FDM Printers work with different types of plastic, or filaments as you would call it. The color of the printed object is the same as the material you feed the printer with. Although some printers have two or more nozzles inside their printhead they could print with two colors. Some mixing extruders for three colors exist, but they still should be considered as experimental. A more interesting aspect of printing with two materials at once is the combination of different types of plastics with different properties. The Filament exists in two standard diamenters, 2.75mm (thick) and 1.75mm (thin). They are not interchangeable so better make sure you choose the right diameter before buying filament. If you buy filament for the using in the Ultimaker 3 in the Lab, make sure to buy 2.75mm ones. Also don´t buy filament marketed as 3mm, because it will be to thick and therefore unusable. As we are talking about dimensions there are some other ones which are to be known. One is the dimension of your printing nozzle in the printing head. Typically it has a size of 0.4mm, which determine that the finest line or detail, which could be drawn by the printer is in the same range. The other one is the layer height. The smaller the slices are, the finer will the detail of the printed object be, but it will take way more time. Typical layer heights reach from 0.05mm to 0.3mm.

FDM Materials

Paste extrusion

Paste extrusion works similar to FDM Printing but instead melting a string of plastics a pasteous material is deposited throught a nozzle.
Because the paste is not getting hard by cooling down the viscosity is very important. If its to low then the extruder can not output it and if its to high then the structure you are trying to print will collapse. Because of the general instability of the paste, not everything printable on an FDM machine is also printable in paste. Recommendation is to first try to print a vase, because chances are higher that you´ll get usable results. From there experimentation will carry you on. If your interested you can take a look @ Clay extrusion.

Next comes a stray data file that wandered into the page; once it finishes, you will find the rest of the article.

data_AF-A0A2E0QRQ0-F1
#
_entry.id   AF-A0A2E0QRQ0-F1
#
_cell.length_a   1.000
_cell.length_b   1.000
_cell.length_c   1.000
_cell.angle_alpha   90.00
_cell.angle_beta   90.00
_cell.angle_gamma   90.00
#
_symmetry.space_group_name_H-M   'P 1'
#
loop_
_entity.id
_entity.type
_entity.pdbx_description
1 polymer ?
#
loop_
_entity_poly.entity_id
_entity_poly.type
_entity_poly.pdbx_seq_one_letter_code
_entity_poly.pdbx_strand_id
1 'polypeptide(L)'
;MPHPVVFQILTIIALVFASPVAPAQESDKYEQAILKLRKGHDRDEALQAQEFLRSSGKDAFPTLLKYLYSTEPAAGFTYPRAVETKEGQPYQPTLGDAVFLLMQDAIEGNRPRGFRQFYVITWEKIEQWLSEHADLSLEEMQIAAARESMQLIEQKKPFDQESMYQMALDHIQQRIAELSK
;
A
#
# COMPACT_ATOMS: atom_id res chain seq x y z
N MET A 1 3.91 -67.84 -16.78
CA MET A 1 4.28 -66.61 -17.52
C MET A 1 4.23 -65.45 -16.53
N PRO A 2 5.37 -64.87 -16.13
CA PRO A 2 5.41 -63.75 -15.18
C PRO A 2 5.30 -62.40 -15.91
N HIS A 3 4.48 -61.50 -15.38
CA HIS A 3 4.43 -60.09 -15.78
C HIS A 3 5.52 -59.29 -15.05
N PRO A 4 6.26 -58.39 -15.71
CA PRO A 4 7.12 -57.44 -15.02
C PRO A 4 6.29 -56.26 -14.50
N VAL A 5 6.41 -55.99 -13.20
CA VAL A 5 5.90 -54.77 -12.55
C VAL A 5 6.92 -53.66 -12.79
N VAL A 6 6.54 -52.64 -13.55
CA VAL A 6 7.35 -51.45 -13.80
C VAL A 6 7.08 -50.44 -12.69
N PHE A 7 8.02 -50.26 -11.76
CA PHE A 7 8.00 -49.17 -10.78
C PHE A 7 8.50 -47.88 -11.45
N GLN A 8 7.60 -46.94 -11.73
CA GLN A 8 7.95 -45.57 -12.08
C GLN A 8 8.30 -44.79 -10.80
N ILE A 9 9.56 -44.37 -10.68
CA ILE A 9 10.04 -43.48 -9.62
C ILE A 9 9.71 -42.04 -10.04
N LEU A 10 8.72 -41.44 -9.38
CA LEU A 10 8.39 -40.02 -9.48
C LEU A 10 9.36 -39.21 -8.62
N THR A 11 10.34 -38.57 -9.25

Resin Based Printers :

Resin Based Printers work by exposing a UV-curable resin to UV Light source which is modulated via an LCD Screen or on DLP Chip. This is also done Layer based, but typicaly the finest layer heights reachable are much finer. Also the vertical resolution is much finer and way more precise than in FDM printing. To leave no liquid resin inside the printed parts they are printed massive, or with 100% infill as you could call it. After the printing process the object needs to be washed and cured to make sure that no unexposed and sticky resin stays on the part. The Resin is not available in a wide variety of colors, typical you could choose from transparent, black or white. Urs Fries has a printer unsing this technology, so if you want to print something with this method please ask him kindly.

3DP - Powder Based.

Powder Based Printers work by depositing a thin layer of powder to the printbed. The powder is then threated with some kind of binder before the next layer of powder is applied. Depending on the type pf powder the deposition can be issued with inkjet printheads or with melting the powder with an laser. The following Inkjet Printheads are consindered as hackable for a diy approach to this technology: -XAAR128 -HP45 For more information on that topic a reading in the forum @ https://ytec3d.com/oasis-3dp/ is recommended.